John Mahoney died three days ago at the age of 77. Everyone remembers him—justifiably—as "Frasier's dad," a part he performed wonderfully opposite Kelsey Grammer for eleven seasons. I want to pay tribute to two other performances Mahoney gave before Frasier took off, the two performances I always associate with Mahoney, and to a aspect of his life I've only learned about since his death.
Eight Men Out
One of my favorite movies—and, in my opinion, the best baseball movie out there—is Eight Men Out, the story of the 1919 World Series scandal that ended the careers of eight players for the Chicago White Sox. Mahoney plays Kid Gleason, a veteran ballplayer and now the manager of the Sox. Mahoney doesn't have a lot of scenes in the film, which gives much more attention to the players involved in the bribery scandal—Eddie Cicotte (David Strathairn), Buck Weaver (John Cusack), Chick Gandil (Michael Rooker), and Shoeless Joe Jackson (DB Sweeney). But in his handful of scenes, Mahoney evokes enormous pathos. Gleason is a father to his players. He's proud of them and trusts them, not just to win ballgames but to play to the standard he has seen them set.
As the World Series unfolds, we see Gleason confronted with evidence he doesn't want to believe. He goes to his players, tries to get them to open up to them, and when they won't, we see, in a wonderfully subtle performance, his heartbreak. During the court case that follows, we see Gleason try to salvage his boys' reputations by standing up for them in the face of all the evidence against them. It's hopeless, and we know it even if he doesn't. It's tragic, and Mahoney plays it excellently. His pride, his disbelief, and finally his disappointment—who hasn't felt their heart pricked upon hearing "I'm disappointed in you" from their father?—command your sympathy and sadness.
Watch Mahoney in his handful of insert shots in the Game 3 montage, at the emotions he takes the viewer through in just a few seconds of screentime.
The second film—and my favorite Coen brothers movie—that has made me respect Mahoney is his comic turn in Barton Fink. As in Eight Men Out, Mahoney does a lot with a relatively small supporting part. Barton Fink is the story of a socialist playwright who makes the move from New York to Hollywood just before World War II. There, with an enormous opportunity to spread his message and make some good money, he develops writer's block. While Barton is still trying to adjust to the Hollywood lifestyle, he encounters Mahoney's character, WP Mayhew, for the first time—a dapper Southern gentlemen puking his guts out in a restaurant bathroom. His first line to Barton, while washing his hands: "Sorry 'bout the odor."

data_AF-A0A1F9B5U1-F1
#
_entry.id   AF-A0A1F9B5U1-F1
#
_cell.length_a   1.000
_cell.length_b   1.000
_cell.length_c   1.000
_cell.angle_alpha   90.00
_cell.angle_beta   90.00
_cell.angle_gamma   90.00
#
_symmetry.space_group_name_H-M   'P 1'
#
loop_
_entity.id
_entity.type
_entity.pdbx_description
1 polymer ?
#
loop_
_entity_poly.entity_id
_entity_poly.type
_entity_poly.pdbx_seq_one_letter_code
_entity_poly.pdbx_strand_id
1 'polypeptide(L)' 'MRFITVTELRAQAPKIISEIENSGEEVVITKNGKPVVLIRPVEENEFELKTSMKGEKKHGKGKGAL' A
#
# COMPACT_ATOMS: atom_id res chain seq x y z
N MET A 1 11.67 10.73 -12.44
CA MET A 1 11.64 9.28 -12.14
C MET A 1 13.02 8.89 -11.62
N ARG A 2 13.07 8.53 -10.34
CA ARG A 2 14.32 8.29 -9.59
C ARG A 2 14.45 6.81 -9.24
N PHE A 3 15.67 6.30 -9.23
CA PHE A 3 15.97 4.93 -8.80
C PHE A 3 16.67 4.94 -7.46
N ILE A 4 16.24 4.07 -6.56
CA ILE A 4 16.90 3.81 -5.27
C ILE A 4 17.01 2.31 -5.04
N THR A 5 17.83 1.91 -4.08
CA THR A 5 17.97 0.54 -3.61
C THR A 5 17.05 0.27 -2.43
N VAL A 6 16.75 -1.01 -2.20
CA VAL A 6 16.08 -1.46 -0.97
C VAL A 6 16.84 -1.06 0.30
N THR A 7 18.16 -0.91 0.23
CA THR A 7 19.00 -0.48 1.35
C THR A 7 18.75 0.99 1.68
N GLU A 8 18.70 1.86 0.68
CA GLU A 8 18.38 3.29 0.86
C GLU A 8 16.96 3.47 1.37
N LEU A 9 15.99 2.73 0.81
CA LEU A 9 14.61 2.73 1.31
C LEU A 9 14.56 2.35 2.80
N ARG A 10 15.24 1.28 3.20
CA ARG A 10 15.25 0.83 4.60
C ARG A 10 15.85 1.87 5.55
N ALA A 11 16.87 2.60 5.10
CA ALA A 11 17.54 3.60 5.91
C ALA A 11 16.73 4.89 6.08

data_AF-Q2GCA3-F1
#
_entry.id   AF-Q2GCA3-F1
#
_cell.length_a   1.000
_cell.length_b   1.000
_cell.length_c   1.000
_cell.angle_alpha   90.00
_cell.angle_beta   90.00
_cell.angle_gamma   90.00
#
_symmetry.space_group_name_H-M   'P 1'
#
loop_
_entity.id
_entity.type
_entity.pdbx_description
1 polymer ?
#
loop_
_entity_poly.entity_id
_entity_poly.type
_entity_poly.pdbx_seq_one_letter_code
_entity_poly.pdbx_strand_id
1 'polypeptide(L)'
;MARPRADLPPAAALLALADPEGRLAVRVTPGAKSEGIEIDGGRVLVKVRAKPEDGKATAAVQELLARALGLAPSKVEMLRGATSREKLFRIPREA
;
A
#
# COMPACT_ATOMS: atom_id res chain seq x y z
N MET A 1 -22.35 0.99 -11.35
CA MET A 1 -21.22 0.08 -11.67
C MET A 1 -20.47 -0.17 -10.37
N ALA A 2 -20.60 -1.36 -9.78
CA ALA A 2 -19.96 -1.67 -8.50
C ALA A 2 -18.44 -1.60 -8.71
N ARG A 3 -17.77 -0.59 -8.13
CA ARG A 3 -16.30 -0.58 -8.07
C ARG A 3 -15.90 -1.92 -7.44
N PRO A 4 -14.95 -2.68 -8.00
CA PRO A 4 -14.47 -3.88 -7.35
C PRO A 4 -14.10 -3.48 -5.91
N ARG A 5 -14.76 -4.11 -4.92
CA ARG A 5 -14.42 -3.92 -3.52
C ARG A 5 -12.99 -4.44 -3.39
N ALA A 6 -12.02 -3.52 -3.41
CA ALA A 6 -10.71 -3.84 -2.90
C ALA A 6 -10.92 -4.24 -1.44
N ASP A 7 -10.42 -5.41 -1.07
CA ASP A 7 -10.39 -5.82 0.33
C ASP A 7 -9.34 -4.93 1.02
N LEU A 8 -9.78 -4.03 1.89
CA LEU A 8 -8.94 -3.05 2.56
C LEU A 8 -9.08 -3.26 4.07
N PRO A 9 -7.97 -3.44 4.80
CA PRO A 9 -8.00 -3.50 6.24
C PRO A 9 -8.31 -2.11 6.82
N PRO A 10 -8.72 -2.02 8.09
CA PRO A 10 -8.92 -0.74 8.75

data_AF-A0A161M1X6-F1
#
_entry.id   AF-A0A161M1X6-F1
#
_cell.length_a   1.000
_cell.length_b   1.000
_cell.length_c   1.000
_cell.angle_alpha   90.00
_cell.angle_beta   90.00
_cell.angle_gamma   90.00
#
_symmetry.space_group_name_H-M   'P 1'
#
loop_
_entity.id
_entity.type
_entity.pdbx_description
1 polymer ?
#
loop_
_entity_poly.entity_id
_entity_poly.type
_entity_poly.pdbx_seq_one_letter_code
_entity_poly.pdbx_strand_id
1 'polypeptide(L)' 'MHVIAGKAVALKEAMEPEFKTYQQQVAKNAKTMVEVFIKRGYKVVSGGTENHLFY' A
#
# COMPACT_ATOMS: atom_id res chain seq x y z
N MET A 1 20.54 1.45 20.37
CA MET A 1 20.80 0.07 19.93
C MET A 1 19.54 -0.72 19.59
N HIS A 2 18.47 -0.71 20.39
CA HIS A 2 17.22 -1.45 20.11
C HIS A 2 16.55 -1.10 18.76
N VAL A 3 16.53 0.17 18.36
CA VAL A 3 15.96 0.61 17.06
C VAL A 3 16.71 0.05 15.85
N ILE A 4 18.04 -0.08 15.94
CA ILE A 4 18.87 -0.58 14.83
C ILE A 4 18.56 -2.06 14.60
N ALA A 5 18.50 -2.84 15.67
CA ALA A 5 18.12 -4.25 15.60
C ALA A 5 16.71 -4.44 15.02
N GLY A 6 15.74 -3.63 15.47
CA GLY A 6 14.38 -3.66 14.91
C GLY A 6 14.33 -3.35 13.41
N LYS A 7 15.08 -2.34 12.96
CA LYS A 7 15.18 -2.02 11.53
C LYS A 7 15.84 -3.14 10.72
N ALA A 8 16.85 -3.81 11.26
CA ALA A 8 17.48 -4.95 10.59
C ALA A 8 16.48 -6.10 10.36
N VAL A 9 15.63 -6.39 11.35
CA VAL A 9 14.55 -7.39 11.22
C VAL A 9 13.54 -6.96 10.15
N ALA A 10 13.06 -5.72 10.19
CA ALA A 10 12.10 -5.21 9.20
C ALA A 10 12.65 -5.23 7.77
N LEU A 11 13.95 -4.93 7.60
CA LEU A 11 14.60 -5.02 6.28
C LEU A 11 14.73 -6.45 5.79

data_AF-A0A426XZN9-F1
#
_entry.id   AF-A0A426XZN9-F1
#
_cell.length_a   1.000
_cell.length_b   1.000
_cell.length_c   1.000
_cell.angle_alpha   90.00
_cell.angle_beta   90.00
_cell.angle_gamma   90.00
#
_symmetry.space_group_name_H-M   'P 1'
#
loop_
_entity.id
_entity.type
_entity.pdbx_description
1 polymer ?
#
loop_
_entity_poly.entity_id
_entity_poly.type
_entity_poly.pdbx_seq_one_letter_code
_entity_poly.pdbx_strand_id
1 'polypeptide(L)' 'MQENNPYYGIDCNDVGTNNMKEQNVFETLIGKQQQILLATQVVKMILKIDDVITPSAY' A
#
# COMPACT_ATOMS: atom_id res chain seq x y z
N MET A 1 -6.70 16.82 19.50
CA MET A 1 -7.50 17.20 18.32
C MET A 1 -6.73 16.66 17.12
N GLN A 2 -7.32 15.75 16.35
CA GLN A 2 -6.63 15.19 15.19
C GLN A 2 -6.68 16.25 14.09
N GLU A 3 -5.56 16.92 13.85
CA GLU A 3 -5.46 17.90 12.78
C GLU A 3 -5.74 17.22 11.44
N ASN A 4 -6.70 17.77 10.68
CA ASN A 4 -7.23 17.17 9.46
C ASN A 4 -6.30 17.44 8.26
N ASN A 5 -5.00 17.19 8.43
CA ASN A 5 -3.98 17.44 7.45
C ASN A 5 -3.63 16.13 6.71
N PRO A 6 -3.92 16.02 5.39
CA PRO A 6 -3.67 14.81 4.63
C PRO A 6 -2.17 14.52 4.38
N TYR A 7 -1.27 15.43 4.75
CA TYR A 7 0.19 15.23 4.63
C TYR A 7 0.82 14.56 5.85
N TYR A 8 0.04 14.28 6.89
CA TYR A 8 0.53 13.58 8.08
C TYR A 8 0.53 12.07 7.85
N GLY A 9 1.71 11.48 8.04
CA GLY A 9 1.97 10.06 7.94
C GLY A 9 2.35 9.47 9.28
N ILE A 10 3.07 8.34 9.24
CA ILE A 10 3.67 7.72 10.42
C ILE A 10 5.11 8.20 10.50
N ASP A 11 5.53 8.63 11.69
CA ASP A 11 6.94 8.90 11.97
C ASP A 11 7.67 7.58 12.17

Mayhew is an alcoholic writer whose critically acclaimed modernist novels have, like Barton's plays, attracted the attention of Hollywood, where he's been slumming ever since leaving the South. (Mayhew is, incidentally, loosely based on William Faulkner, and Mahoney in his bowtie and mustache is a dead ringer for the man.) With just a handful of scenes, Mahoney creates a character whose magnificence lies well behind him, and contributes mightily to Barton's disillusionment with Hollywood in general and writing in particular. After the initial shock of meeting Mayhew wears off (almost immediately, given the circumstances), Barton has almost nothing good to say of his one-time idol: "He's a big fat phony!" and, after Mayhew's put-upon secretary and lover weeps over a drunken Mayhew and says how sorry she feels for him, "He's a son of a bitch!" And, thanks to Mahoney's performance in what could have been a straightforwardly slapstick role, you can see why both characters feel the way they do.
Mahoney the man
Since his death a few days ago, I've learned a little about Mahoney the man. I try to avoid reading about the personal lives of actors since they're usually sordid and disappointing, but I was happy to learn a bit more about Mahoney. The respect and humility he brought to his craft were remarkable, and I think, in hindsight, that it shows in the finished product. He viewed acting as his vocation and approached it as an outgrowth of his faith:
I’ve always prayed to the Holy Ghost for wisdom and for understanding and knowledge. I think he answered my prayers when I stopped in the church that day. My life was totally different from that day on. I saw myself as I was, and I saw into the future and saw what I wanted to be. And I sort of rededicated myself to God and begged him to make me a better person. It wasn’t fear of hell or anything like that. I just somehow knew that to be like…what I was, wasn’t the reason I was created. I had to be better.
And the prayer he would pray before each performance he gave:
Most glorious blessed spirit, I thank you for all the gifts and talents that you’ve given me. Please help me to use all these gifts and talents to their fullest. And please accept this performance as a prayer of praise and thanks to you.
Not a bad approach to our daily work, whatever it may be. Nor is this humble prayer a bad way to approach our fellow man:
Dear God, please help me to treat everybody—including myself—with love, respect, and dignity.
Actor John Mahoney, RIP.